Free access
Issue
Apidologie
Volume 33, Number 3, May-June 2002
Page(s) 251 - 258
DOI http://dx.doi.org/10.1051/apido:2002018


Apidologie 33 (2002) 251-258
DOI: 10.1051/apido:2002018

Time-place learning and the ecology of recruitment in a stingless bee, Trigona amalthea (Hymenoptera, Apidae)

Michael D. Breed, Erin M. Stocker, Laura K. Baumgartner and Stephanie A. Vargas

Department of Environmental, Population, and Organismic Biology, The University of Colorado, Boulder, CO 80309-0334, USA

(Received 20 September 2000; revised 16 October 2001; accepted 28 November 2001)

Abstract
The stingless bee, Trigona amalthea (Olivier), has the ability to associate time and place with feeding. Bees learned to visit a training site during a feeding interval in order to acquire a reward. A lengthy period of anticipatory visits to the training site preceded the feeding interval. When a reward was not presented, visitation was high preceding and during the feeding interval but was rare following the feeding interval, behavior indicative of time-place learning. Additionally, we demonstrate that T. amalthea scouts recruit other workers to nectar baits, however, there is no relationship between the flight time to the colony and either the number of visits prior to recruitment or the number of workers recruited. Due to territoriality in this species, foraging ranges are truncated so that the expected reductions of foraging effort at the margins of the foraging territory are not observed. In T. amalthea a combination of time-place learning and recruitment allow for rapid mobilization of workers when food is available.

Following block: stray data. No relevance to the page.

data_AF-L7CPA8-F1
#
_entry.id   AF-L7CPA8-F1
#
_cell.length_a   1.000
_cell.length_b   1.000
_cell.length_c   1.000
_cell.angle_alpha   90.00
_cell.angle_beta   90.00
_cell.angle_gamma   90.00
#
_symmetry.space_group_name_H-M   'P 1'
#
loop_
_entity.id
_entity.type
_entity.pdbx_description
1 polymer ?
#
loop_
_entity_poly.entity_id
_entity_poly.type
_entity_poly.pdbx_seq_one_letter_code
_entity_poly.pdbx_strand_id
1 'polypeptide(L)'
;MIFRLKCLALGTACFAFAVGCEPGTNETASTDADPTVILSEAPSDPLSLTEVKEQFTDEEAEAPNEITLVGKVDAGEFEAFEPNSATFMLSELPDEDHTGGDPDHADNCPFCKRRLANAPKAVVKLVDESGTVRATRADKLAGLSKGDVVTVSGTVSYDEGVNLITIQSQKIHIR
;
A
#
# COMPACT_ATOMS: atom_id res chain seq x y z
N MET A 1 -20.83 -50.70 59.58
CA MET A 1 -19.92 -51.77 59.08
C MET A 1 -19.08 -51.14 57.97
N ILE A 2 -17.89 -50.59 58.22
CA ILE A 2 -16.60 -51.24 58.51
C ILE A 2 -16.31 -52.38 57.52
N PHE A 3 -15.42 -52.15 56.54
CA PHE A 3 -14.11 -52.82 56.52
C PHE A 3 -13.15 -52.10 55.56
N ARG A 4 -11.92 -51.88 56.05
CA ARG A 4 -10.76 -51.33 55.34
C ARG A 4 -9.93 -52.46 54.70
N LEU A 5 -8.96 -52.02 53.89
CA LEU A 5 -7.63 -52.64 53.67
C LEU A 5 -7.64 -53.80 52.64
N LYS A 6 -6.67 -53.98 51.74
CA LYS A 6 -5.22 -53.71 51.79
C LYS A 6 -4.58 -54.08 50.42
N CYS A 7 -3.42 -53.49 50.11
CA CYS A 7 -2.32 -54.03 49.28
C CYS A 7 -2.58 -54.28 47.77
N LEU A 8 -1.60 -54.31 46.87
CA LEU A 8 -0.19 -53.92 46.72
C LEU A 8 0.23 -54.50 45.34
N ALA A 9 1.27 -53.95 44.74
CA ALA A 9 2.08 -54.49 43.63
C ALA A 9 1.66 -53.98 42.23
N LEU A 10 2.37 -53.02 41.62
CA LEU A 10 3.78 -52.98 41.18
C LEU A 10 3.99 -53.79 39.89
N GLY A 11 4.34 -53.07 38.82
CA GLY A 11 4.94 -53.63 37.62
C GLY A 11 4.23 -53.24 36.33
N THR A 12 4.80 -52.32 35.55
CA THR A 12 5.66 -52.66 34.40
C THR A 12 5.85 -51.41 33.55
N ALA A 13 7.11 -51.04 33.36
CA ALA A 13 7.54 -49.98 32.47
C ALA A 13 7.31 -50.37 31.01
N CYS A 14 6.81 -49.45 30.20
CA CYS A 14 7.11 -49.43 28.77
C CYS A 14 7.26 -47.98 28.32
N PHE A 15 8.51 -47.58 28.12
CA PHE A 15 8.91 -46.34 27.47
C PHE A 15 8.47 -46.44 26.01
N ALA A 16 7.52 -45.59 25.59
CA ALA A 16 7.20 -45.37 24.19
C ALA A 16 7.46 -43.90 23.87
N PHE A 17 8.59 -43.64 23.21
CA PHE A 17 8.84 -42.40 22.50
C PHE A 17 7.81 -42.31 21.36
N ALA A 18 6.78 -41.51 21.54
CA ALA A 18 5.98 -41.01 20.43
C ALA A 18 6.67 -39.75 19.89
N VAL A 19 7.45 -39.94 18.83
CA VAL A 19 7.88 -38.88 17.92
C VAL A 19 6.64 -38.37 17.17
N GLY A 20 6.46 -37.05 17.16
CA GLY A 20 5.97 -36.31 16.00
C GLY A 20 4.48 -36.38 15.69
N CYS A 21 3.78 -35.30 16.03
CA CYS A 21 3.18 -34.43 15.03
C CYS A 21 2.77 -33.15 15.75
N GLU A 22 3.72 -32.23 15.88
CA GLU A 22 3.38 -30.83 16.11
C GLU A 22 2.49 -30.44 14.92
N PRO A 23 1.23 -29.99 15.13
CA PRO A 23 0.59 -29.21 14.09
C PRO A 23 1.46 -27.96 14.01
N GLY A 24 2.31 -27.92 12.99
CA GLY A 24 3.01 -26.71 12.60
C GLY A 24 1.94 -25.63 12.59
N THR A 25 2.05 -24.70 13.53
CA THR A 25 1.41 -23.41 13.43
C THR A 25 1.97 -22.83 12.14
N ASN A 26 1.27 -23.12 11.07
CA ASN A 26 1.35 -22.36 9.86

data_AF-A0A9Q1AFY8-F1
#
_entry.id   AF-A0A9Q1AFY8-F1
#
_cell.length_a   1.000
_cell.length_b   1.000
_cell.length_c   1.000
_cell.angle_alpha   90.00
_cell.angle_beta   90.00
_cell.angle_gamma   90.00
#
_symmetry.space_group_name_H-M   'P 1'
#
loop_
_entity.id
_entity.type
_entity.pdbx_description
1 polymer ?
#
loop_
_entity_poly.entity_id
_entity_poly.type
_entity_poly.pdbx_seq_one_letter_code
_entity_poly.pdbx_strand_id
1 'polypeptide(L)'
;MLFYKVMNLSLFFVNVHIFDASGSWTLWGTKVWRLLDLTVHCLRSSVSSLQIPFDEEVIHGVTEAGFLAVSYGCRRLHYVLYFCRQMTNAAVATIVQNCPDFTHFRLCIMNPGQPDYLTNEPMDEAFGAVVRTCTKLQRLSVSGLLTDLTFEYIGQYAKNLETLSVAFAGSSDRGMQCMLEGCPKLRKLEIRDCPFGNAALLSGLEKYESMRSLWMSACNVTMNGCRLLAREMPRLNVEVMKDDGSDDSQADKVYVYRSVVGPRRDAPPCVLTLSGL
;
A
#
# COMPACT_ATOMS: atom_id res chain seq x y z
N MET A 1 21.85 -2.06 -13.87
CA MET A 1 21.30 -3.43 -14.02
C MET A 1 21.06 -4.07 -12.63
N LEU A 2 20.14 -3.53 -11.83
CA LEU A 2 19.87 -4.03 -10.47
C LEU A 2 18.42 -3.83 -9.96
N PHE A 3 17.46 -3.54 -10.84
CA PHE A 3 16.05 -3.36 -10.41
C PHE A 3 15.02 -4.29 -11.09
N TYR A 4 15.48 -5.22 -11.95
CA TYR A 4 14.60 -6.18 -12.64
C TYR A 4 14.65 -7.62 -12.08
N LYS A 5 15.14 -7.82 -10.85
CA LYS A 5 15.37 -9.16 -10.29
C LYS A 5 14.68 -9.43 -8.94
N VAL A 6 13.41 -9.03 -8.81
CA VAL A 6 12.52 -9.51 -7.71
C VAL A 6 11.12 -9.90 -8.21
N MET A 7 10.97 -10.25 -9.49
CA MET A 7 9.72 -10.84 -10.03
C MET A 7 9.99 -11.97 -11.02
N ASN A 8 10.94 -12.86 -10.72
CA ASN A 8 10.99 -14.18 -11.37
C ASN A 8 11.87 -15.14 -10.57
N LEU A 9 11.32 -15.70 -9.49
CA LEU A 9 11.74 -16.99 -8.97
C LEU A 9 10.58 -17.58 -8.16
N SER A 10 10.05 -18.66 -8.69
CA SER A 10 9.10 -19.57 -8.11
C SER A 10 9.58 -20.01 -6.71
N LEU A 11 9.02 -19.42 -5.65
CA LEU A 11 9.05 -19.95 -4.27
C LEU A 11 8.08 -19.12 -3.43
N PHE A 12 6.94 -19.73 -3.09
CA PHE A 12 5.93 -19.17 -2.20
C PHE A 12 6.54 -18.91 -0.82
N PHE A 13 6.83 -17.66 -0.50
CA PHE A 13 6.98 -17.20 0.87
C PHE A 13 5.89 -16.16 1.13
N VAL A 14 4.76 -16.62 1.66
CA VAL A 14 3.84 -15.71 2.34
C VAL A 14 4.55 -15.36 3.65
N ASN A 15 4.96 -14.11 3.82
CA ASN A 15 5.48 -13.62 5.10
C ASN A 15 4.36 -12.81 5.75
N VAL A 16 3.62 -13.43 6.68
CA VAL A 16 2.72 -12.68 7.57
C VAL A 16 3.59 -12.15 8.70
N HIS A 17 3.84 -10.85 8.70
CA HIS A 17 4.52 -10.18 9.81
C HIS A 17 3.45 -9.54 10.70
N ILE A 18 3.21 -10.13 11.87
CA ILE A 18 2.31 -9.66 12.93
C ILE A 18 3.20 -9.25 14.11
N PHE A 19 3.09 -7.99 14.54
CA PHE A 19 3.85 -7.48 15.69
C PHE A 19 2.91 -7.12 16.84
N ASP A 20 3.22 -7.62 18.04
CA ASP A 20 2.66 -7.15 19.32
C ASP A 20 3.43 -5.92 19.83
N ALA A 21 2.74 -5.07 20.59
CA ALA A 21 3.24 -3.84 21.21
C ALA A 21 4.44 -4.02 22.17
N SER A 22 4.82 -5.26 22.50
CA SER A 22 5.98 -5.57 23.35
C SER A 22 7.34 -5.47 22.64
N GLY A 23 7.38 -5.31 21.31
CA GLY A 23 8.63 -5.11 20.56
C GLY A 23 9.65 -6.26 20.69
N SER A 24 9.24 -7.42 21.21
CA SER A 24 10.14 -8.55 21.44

Key words: stingless bee / Meliponinae / Trigona / foraging / learning / recruitment

Correspondence and reprints: Michael D. Breed
    e-mail: Breed@spot.colorado.edu

© INRA, EDP Sciences, DIB, AGIB 2002